The Hayes Users Group
Power vs Modulation

Time to dispell a few more myths.

Lets talk modulation.
Brakes work by creating friction between the pads and the rotor. The amount of friction you get depends on the pad and rotor compound and also the force applied across the pads. The amount of friction you get is directly proportional to the amount of force you apply across the pads.

Now on any given brake the force you apply across the pads is directly proportional to how hard you grab the lever. On a system with more leverage you'll get more force at the pads for the same force at the lever. On a hydraulic system the force at the pads is the lever force multipied by the ratio of (slave cylinder area)/(master cylinder area). On a cable brake it's just leverage and depends on the design of the ramps and levers.

Regardless of the design (unless you've got a whole heap of flex somewhere) the force on the pads is proportional to the force at the lever.

Squeeze harder and you get more friciton and more braking power. Some designs have more power (higher leverage) some have less power (lower leverage). The amount of modulation you have on each design is exactly the same (it's proportional to lever force remember). The only change is how hard you need to pull that lever.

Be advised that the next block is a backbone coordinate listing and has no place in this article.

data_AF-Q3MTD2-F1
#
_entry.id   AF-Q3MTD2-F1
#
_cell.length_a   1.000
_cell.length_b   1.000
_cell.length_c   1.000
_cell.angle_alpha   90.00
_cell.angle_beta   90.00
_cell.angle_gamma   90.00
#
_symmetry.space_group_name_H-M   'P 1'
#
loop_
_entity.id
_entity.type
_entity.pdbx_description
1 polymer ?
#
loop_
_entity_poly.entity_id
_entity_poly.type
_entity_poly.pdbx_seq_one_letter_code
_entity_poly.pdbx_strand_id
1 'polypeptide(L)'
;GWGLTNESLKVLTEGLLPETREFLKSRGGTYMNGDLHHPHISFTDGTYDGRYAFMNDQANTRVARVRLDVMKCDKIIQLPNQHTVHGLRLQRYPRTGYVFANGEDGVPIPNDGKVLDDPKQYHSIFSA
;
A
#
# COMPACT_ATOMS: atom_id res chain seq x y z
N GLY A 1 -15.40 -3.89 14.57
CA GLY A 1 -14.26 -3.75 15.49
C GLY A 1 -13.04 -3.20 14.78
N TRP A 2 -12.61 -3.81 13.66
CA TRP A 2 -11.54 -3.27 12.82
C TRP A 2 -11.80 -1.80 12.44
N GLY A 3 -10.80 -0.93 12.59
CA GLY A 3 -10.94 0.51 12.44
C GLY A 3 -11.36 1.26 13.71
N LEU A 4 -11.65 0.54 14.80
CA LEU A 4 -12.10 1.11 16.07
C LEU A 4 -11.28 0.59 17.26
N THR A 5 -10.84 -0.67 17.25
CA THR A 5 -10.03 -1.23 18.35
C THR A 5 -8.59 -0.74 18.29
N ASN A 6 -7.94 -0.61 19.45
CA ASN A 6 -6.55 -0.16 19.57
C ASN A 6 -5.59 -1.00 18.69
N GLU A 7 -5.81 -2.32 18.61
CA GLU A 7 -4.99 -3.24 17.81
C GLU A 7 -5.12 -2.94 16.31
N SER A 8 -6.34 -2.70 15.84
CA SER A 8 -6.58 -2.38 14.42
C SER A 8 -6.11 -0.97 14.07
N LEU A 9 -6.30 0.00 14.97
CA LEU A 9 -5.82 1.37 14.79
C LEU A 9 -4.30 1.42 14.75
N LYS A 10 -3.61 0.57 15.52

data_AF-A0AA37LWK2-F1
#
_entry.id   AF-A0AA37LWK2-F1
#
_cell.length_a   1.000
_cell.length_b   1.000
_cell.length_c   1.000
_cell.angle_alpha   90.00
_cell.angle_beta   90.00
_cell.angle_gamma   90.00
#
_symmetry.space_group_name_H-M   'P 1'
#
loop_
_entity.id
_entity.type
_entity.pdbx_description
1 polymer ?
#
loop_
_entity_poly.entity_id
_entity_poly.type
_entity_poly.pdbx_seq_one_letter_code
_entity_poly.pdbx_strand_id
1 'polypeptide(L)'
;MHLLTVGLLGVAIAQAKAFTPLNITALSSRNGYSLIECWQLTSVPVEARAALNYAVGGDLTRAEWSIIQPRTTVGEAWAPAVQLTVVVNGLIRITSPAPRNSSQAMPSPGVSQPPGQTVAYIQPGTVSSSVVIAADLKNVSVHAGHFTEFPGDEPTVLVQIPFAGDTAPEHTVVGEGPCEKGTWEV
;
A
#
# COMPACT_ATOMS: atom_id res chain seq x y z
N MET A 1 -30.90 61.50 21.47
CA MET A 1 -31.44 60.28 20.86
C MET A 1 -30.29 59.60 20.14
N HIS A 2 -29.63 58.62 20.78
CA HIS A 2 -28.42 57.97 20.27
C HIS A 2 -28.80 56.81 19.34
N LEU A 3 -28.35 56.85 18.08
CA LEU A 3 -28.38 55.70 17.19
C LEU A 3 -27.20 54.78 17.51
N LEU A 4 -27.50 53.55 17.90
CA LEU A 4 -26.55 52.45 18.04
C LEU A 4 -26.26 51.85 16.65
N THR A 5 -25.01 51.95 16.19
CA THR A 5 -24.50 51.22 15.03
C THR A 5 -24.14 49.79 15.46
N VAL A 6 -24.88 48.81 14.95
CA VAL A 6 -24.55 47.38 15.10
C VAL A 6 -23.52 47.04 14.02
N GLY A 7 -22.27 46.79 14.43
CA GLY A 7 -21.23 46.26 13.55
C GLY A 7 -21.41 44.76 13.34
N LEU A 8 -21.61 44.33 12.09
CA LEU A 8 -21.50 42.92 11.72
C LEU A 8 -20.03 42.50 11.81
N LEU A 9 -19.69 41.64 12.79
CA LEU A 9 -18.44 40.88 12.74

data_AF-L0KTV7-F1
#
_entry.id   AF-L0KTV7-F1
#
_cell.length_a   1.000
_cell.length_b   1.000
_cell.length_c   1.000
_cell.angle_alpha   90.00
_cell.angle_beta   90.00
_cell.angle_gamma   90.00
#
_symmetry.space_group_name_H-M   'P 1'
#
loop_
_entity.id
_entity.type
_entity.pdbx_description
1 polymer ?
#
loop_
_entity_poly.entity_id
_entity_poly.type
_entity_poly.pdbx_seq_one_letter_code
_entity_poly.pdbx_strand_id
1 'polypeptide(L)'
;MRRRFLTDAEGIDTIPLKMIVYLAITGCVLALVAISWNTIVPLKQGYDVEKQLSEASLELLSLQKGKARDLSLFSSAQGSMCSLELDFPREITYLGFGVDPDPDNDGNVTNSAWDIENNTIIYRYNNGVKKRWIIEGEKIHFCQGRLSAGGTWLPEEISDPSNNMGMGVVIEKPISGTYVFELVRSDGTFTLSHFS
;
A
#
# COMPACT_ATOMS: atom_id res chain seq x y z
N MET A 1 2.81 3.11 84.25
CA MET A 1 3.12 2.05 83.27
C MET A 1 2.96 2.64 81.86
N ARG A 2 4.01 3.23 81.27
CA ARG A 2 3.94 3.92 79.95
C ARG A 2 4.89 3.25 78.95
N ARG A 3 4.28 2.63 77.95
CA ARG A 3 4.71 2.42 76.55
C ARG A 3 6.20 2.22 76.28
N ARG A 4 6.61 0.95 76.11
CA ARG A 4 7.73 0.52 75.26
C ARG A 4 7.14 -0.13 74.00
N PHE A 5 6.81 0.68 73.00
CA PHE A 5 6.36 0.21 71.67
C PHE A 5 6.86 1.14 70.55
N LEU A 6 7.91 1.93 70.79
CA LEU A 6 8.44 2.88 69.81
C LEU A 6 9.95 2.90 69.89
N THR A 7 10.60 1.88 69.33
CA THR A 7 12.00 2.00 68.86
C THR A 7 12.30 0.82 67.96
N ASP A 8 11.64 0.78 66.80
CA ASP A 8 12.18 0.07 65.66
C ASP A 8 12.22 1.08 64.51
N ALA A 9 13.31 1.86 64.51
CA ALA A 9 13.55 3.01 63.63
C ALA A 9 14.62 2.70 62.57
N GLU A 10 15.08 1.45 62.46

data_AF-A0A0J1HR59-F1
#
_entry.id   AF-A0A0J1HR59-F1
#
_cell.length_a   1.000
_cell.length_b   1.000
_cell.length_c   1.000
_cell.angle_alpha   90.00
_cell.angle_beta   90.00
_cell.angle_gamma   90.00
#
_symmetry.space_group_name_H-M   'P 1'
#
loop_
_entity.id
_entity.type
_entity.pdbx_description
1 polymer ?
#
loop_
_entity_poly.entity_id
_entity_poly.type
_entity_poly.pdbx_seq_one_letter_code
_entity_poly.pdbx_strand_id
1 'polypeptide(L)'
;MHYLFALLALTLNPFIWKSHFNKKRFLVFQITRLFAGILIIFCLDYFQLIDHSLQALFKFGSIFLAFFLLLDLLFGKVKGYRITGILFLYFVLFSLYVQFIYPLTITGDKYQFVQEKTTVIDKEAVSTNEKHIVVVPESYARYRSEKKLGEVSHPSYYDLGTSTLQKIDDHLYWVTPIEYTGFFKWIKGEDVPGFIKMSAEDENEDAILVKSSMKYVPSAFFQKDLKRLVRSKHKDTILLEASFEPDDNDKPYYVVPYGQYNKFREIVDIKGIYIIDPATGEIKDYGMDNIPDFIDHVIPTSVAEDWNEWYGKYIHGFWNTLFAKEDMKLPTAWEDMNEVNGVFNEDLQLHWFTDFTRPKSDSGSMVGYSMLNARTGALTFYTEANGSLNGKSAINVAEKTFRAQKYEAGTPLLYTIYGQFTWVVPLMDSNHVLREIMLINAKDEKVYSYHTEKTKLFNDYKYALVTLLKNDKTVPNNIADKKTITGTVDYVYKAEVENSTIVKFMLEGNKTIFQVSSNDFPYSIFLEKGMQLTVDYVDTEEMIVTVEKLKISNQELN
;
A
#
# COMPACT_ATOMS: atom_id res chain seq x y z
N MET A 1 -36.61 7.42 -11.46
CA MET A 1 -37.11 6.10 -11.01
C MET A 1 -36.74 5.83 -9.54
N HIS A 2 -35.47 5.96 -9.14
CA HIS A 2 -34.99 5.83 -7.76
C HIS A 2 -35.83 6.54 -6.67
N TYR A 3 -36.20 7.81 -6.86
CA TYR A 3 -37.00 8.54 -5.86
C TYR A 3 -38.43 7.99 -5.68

Now let's discuss friction.
Friction is the electric attraction between two surfaces, the slower two surfaces are moving the more electric connnections can be made and the higher the friction. The faster two surfaces are moving the less electric connections that can be made and the less friction.

Applying this means you've got the most brake power when you're staying still and the least brake power when you're moving fast. Hence a brake which may feel grabby or extremely powerful at slow speeds (e.g. car park test) will be less grabby and well controlled as the speeds pick up.
A brake which feels well controlled at slow speeds may be seriously deficient in power at higher speeds.

There are ways to get around this but not on a non powered bicycle system. On a powered vehicle system the amount of assist can be tuned to help more at high speed while providing low speed feel.

In summary.
Disc brakes operate at lower speeds than rim brakes for any given ground speed, this allows for a smaller overall speed change and more consistent braking at high speed compared to low speed.

A brake which peforms well at speed may feel grabby at low speed, a brake which feels great at low speed will lack power as the speeds increase.

The amount of modulation you have is only limited to your own coordination.

Some fellow cults and syndicates:

NADS Hompage (Nifty Avid Disc Syndicate)     MCM Homepage (Magura Cult Members)